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  • Following a period of utilizing British made DPM pattern camouflage uniforms, the Dutch government again contracted with the Belgian firm Seyntex to produce a uniform specifically for use by the Royal Dutch Marines. The pattern chosen was a slight variation of the British DPM but in a completely different cut of uniform. This uniform was issued from 1986 into the early 1990s. The pattern may be nicknamed "purple DPM" due to the tendency of the dark brown dyes to fade after washing to a shade of purple.

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  • Beginning in 1993, the Korps Mariniers discarded DPM camouflage completely, opting instead to begin issuing uniforms made from US issue m81 woodland and tricolor desert pattern fabrics. These uniforms are made in USA to Dutch specifications, and the fabric and camouflage pattern are the same as those issued to the US military.

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Other Camouflage Patterns worn by the Netherlands

  • During the Second World War, both the Dutch Troop No 10 Commando and Dutch elements of Allied Airborne Forces wore British-manufactured 1942 pattern Denison Airborne Smocks. Leftover stocks continued to be worn by Army Commando personnel during the postwar period, although by the 1950s they were all but worn out and no longer in circulation.

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  • Available in much larger quantities following the Second World War, the British 1942 pattern "windproof" brushstroke pattern uniforms were also worn by the Regiment Speciale Troepen (1945–1950) and later by the Korps Commandotroepen (Army Commandos) during the 1950s.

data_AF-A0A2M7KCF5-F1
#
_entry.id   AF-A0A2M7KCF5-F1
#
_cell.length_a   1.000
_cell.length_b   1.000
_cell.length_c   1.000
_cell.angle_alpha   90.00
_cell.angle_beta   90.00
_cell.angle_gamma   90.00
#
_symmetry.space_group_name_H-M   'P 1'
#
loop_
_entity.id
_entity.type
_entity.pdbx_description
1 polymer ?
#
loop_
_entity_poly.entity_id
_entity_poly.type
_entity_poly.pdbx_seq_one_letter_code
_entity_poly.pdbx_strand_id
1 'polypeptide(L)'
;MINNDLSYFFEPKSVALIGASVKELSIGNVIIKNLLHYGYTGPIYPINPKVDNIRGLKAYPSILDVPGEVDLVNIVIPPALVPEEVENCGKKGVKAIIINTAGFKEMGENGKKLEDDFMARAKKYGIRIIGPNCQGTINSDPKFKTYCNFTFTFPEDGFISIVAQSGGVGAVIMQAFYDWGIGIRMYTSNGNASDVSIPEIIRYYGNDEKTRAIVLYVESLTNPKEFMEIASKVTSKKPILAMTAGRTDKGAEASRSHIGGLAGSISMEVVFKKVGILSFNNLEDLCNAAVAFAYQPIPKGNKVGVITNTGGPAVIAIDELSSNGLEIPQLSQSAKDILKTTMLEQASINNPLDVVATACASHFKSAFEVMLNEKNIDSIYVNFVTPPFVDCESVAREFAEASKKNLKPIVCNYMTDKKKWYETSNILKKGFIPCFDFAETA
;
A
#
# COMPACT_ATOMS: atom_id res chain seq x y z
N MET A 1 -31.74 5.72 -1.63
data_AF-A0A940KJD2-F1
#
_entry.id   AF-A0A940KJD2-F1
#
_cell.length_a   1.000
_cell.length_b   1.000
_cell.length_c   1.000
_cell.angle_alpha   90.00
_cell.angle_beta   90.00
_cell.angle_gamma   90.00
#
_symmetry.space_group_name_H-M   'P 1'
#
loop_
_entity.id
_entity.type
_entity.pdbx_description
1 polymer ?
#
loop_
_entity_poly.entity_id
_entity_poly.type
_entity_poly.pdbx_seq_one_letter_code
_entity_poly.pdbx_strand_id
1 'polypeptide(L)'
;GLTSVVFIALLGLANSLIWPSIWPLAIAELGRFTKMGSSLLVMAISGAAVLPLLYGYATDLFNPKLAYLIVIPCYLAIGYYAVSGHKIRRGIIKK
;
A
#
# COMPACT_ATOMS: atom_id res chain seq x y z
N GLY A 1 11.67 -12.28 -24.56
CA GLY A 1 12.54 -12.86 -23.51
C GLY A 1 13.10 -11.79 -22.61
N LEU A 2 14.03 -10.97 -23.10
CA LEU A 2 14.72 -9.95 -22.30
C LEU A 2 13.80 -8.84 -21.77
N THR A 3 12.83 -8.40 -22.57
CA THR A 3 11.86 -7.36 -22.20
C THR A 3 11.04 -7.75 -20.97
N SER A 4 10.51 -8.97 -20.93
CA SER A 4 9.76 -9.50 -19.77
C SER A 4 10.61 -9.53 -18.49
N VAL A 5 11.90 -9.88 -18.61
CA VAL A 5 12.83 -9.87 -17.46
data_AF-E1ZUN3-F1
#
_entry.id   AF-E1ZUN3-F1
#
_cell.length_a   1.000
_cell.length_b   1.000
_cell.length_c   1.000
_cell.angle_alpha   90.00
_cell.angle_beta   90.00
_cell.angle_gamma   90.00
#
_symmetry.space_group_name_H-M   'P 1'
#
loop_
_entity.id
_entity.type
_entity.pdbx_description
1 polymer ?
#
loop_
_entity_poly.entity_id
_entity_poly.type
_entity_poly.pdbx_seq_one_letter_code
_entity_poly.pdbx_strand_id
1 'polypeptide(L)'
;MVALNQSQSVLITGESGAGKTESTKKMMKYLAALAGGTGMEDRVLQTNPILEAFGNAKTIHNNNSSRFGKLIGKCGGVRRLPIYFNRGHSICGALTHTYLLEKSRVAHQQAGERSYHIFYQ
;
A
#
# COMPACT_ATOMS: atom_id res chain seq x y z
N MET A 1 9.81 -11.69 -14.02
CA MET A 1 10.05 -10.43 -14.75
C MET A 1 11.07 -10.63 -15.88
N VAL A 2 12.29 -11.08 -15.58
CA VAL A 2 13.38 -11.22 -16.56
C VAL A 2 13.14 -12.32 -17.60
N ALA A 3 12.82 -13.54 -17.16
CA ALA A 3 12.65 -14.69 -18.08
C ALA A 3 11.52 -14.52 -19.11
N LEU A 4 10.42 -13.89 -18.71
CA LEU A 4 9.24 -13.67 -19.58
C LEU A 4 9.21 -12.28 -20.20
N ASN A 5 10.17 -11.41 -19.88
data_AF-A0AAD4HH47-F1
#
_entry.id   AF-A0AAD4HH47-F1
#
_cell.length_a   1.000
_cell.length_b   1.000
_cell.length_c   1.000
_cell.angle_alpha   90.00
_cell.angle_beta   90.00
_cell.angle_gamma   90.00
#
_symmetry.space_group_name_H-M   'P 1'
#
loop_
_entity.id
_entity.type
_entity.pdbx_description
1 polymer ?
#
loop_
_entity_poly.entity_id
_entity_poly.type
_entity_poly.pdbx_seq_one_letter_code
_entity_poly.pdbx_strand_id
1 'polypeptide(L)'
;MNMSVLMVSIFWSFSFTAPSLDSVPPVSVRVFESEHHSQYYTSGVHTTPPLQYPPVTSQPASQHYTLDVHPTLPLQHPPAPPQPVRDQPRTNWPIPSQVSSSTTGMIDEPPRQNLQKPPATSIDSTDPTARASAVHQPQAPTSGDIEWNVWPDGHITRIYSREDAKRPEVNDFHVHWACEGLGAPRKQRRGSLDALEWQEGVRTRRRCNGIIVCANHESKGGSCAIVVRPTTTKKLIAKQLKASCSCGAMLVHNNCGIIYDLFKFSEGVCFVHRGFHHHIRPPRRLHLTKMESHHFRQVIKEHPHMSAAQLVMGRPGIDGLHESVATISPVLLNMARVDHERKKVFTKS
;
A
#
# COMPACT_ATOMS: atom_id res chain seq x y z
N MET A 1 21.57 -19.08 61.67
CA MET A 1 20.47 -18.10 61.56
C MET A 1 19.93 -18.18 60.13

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  • Dutch units serving in the Pacific, in particular the Korps Insulinde (which fought the Japanese in Sumatra), were able to obtain some quantities of American M1942 pattern camouflage reversible uniforms. After the wear ended, the USA donated significant quantities of these uniforms to the Netherlands, which continued to be utilized by special units like the Regiment Speciale Troepen. Additionally, surplus bolts of raw double-sided fabric were also donated, out of which the Dutch government created their own copy of the coverall-style uniform. These uniforms were worn primarily by Dutch Infantry operating in Indonesia from 1946 until around 1949. [1]

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  • Heavily involved in combat operations during the Indonesian National Revolution (1945-1950), the Korps Speciale Troepen of the Dutch Army also acquired a small quantity of experimental camouflage uniforms from the United States in a unique camouflage pattern that was never officially adopted by American personnel.

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  • During the early 1980s, when most of the Dutch Armed Forces were still wearing standard olive green/khaki drab uniforms, the Royal Dutch Marine Corps did make use of British DPM pattern uniforms, particularly when operating alongside their British Royal Marine counterparts.

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  • It has been confirmed from official sources that the Korps Commando Troepen (KCT) or Army Commandos have deployed to Afghanistan wearing government-procured uniforms in Multicam pattern camouflage. These uniforms have also been worn by members of the 11 Luchtmobiele Brigade (11th Airmobile Brigade) serving in Mali circa 2014, and by the Maritime Special Forces (MARSOF) of the Royal Dutch Marines.

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  • In recent years, members of the Army Special Forces Regiment have been documented wearing the commercial A-TACS® desert pattern in training conditions. It is uncertain as yet whether members of the Regiment will also deploy operationally with this pattern as well.

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Notes

  1. Ken Conboy, Elite: the Special Forces of Indonesia 1950-2008 (Equinox Pub, Jakarta, 2008), p 6

Acknowledgements

I would like to express my sincere thanks to Mr. Jan Van der Steen for his generous assistance in providing background material to create this page.